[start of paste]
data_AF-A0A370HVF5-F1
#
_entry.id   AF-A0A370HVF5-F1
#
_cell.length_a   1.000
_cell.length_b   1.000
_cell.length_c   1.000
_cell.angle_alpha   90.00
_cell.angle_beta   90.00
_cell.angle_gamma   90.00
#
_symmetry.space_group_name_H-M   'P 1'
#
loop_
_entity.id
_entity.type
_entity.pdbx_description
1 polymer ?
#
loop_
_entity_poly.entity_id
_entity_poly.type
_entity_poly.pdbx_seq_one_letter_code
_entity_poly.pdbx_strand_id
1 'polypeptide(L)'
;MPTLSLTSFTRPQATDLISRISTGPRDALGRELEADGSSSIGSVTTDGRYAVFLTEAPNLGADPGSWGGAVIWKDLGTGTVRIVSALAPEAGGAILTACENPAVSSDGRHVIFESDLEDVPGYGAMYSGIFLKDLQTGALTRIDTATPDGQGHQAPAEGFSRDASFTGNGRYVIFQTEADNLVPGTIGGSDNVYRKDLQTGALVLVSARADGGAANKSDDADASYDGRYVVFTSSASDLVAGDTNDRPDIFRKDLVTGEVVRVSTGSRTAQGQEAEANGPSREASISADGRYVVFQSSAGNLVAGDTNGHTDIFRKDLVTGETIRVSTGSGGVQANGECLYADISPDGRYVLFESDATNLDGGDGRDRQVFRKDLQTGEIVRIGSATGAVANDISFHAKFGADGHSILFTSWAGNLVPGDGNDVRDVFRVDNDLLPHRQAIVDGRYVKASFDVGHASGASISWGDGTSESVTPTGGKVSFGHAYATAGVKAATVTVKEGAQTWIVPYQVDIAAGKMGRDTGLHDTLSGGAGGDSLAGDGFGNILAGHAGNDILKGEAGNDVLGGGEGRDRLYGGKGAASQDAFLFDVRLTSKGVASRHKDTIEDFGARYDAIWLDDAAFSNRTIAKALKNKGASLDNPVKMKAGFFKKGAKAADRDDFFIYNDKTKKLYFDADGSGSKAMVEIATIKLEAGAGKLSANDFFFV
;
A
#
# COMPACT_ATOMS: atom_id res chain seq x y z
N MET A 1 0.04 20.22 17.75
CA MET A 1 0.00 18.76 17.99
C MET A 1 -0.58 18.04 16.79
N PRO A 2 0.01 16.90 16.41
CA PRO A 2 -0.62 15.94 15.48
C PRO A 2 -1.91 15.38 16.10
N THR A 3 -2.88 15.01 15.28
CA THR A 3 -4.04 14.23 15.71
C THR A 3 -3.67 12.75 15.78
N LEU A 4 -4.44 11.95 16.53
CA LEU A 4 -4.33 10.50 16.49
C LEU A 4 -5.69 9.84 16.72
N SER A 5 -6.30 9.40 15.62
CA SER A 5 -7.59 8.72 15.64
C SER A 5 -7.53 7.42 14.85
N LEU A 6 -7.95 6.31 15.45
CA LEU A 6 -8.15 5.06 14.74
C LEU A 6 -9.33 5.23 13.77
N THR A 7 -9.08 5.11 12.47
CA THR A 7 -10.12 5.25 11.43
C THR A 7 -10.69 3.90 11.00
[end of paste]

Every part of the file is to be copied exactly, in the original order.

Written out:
data_AF-A0A370HVF5-F1
#
_entry.id   AF-A0A370HVF5-F1
#
_cell.length_a   1.000
_cell.length_b   1.000
_cell.length_c   1.000
_cell.angle_alpha   90.00
_cell.angle_beta   90.00
_cell.angle_gamma   90.00
#
_symmetry.space_group_name_H-M   'P 1'
#
loop_
_entity.id
_entity.type
_entity.pdbx_description
1 polymer ?
#
loop_
_entity_poly.entity_id
_entity_poly.type
_entity_poly.pdbx_seq_one_letter_code
_entity_poly.pdbx_strand_id
1 'polypeptide(L)'
;MPTLSLTSFTRPQATDLISRISTGPRDALGRELEADGSSSIGSVTTDGRYAVFLTEAPNLGADPGSWGGAVIWKDLGTGTVRIVSALAPEAGGAILTACENPAVSSDGRHVIFESDLEDVPGYGAMYSGIFLKDLQTGALTRIDTATPDGQGHQAPAEGFSRDASFTGNGRYVIFQTEADNLVPGTIGGSDNVYRKDLQTGALVLVSARADGGAANKSDDADASYDGRYVVFTSSASDLVAGDTNDRPDIFRKDLVTGEVVRVSTGSRTAQGQEAEANGPSREASISADGRYVVFQSSAGNLVAGDTNGHTDIFRKDLVTGETIRVSTGSGGVQANGECLYADISPDGRYVLFESDATNLDGGDGRDRQVFRKDLQTGEIVRIGSATGAVANDISFHAKFGADGHSILFTSWAGNLVPGDGNDVRDVFRVDNDLLPHRQAIVDGRYVKASFDVGHASGASISWGDGTSESVTPTGGKVSFGHAYATAGVKAATVTVKEGAQTWIVPYQVDIAAGKMGRDTGLHDTLSGGAGGDSLAGDGFGNILAGHAGNDILKGEAGNDVLGGGEGRDRLYGGKGAASQDAFLFDVRLTSKGVASRHKDTIEDFGARYDAIWLDDAAFSNRTIAKALKNKGASLDNPVKMKAGFFKKGAKAADRDDFFIYNDKTKKLYFDADGSGSKAMVEIATIKLEAGAGKLSANDFFFV
;
A
#
# COMPACT_ATOMS: atom_id res chain seq x y z
N MET A 1 0.04 20.22 17.75
CA MET A 1 0.00 18.76 17.99
C MET A 1 -0.58 18.04 16.79
N PRO A 2 0.01 16.90 16.41
CA PRO A 2 -0.62 15.94 15.48
C PRO A 2 -1.91 15.38 16.10
N THR A 3 -2.88 15.01 15.28
CA THR A 3 -4.04 14.23 15.71
C THR A 3 -3.67 12.75 15.78
N LEU A 4 -4.44 11.95 16.53
CA LEU A 4 -4.33 10.50 16.49
C LEU A 4 -5.69 9.84 16.72
N SER A 5 -6.30 9.40 15.62
CA SER A 5 -7.59 8.72 15.64
C SER A 5 -7.53 7.42 14.85
N LEU A 6 -7.95 6.31 15.45
CA LEU A 6 -8.15 5.06 14.74
C LEU A 6 -9.33 5.23 13.77
N THR A 7 -9.08 5.11 12.47
CA THR A 7 -10.12 5.25 11.43
C THR A 7 -10.69 3.90 11.00